Vanished in the Dark – The Classy Halloween Cocktail
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Is it the fourth week of October already? Oh man, I know it’s been a while since we put a blog post together, but this month has been bananas for Mikey and I. Between events, cocktail tastings for clients and working on a holiday cocktail project for Instagram, we barely had any time to get the cameras out ourselves and work on the blog. Not to mention, we finally started our long awaited mixology workshops in Santa Barbara, so it’s been a hectic month, to say the least. Anyhow, I’m not sure if I am bragging or making excuses here, but it’s almost Halloween, and it was about time to get our act together and finally put a blog post in October.
Now, I know that Halloween is all about creative costumes, trick or treating and allowing yourself to eat candy like there is no tomorrow. But “The day of the dead” is also about spending time with friends, and yes, we are all adults here so I’ll just say it: it’s a day to drink.
But you can’t just have a regular cocktail on Halloween, right? Sure, spooky cocktails are at their peak this period of the year, and there is nothing wrong with putting a scary spin your “witch brew” or adding special effects to your shimmery martini.
But most often than not, Halloween cocktails look like something my friends and I went crazy about when we were ten rather than a cocktail I would be intrigued by in my 30’s. Between bloody lychee eyeballs, artificial coloring and smoking dry ice concoctions, Halloween cocktails might just be the “cheesy one-liners that never got the adults in the room amused.” So our mission was to create a mysterious yet elegant Halloween cocktail for those of you who still like to drink in style. Enter
Vanished in the Dark
We started this classy Halloween project by infusing bourbon with Lapsang Souchong tea. This Chinese black tea is notorious for its smoky characteristic, and we often use it as a mezcal substitute in none alcoholic cocktails. We were obviously going for a black cocktail here, and the dark color and smoky aroma of the infused bourbon made the perfect base for this cocktail. (If I were you, I would jump on Amazon and order a box online right away because I had really hard time finding it in stores and tea shops in Santa Barbara and this might just be the case where you live.) Anyhow back to the cocktail.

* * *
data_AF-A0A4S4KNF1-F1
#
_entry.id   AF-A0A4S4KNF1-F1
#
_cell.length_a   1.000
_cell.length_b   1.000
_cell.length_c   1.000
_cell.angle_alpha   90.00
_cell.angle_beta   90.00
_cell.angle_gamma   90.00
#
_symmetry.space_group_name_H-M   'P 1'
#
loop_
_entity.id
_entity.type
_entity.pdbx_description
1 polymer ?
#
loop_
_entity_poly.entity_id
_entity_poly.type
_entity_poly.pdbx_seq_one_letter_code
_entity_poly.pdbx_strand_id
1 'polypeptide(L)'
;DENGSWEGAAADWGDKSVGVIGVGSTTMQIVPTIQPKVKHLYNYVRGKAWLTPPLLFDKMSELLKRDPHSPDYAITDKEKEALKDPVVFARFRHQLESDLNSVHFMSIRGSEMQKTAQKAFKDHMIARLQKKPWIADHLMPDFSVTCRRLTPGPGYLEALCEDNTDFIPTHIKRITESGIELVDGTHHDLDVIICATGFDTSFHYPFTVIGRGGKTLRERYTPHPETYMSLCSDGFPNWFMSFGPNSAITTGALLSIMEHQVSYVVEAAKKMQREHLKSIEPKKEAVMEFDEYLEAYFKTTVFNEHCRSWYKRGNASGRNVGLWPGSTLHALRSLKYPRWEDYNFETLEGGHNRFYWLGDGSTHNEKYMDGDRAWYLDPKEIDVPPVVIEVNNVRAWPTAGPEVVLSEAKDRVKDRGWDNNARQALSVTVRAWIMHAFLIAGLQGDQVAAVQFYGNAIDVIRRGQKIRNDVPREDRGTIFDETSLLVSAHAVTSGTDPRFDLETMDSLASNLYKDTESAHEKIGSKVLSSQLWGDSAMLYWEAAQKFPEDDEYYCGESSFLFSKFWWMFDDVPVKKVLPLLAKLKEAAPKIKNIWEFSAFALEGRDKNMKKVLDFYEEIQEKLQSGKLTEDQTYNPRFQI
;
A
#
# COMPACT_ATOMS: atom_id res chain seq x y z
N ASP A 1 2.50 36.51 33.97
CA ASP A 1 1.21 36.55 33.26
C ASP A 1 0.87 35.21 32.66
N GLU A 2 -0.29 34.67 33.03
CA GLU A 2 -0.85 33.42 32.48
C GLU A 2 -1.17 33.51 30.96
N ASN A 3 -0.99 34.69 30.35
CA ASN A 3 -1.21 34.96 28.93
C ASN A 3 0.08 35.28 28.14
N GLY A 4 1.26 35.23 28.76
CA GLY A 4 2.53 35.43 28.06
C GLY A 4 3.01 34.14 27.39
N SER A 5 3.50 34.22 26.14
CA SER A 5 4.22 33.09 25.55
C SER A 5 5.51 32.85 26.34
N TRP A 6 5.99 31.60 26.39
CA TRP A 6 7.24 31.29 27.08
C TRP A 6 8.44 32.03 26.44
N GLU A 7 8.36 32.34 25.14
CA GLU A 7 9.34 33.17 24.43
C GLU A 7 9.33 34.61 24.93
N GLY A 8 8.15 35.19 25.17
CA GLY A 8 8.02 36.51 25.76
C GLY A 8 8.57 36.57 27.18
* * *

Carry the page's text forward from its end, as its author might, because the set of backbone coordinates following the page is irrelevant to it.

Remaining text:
To sweeten and flavor the cocktail, we use one of our favorite blackberry liqueurs, Creme de Mure by Edmond Briottet. And even though, a generic liqueur or a simple homemade blackberry syrup would do the trick, we highly recommend having Creme de Mure in your liquor cabinet – it’s well worth the investment. Check our Blackberry-Mint-Lemon foam Cocktail.
But the secret ingredient for this enigmatic looking cocktail was activated charcoal. Ironically, the black powder is usually used for detoxing, but in the case of an all-black cocktail, it made the perfect coloring agent. Even though the black dust didn’t flavor the drink, it did give the concoction a lovely black tone and slightly crunchy mouthfeel as the charcoal didn’t actually dissolve (and we liked that.)
After adding egg whites for texture, fresh lemon juice for balance, and an orange La Croix for some bubbly kick, we ended up with a beautiful and delicious Halloween treat worthy of the title classy Halloween cocktail.
Mysterious and delicious the Vanished in the Dark is a great way to spoil your friends and family this Halloween, show off your mixology skills and it’s another bar quality cocktail made at home.
Vanished in the Dark
- 2 oz Lapsang Souchong Tea Infused Bourbon (see notes below)
- .75 oz Creme de Mure (or blackberry liqueur/syrup)
- 0.5 oz Fresh Lemon Juice
- 1 capsule Activated Charcoal
- 1 Eggwhite
- Orange La Croix
Add all ingredients, besides the orange La Croix, in a cocktail shaker
Add ice and shake vigorously for 15-20 seconds
Strain over ice in a tall glass
Top with just a splash of orange La Croix and garnish with loose Lapsang Souchong tea leaves
In a sealable container, combine 750 ml. bottle of bourbon of your choosing (we used Bulleit) and 1/8 of a cup of Lapsang Souchong loose leaves. Seal and let it marinated for about an hour. After an hour, the bourbon will adopt a dark black-ish color and smoky aroma. Try your infusion and see if the bourbon is as smoky as you want it to be. The amount of the tea in the infusion will depend on your personal preference, the brand of tea you buy and the bourbon you're using for the infusion, so we suggest to start small and adjust from there. If you're ok with the taste and aroma, fine strain the leaves through a fine mesh strainer and voila, you got some smoked tea bourbon. If not, add another 1/8 of a cup and marinate for 30 more minutes.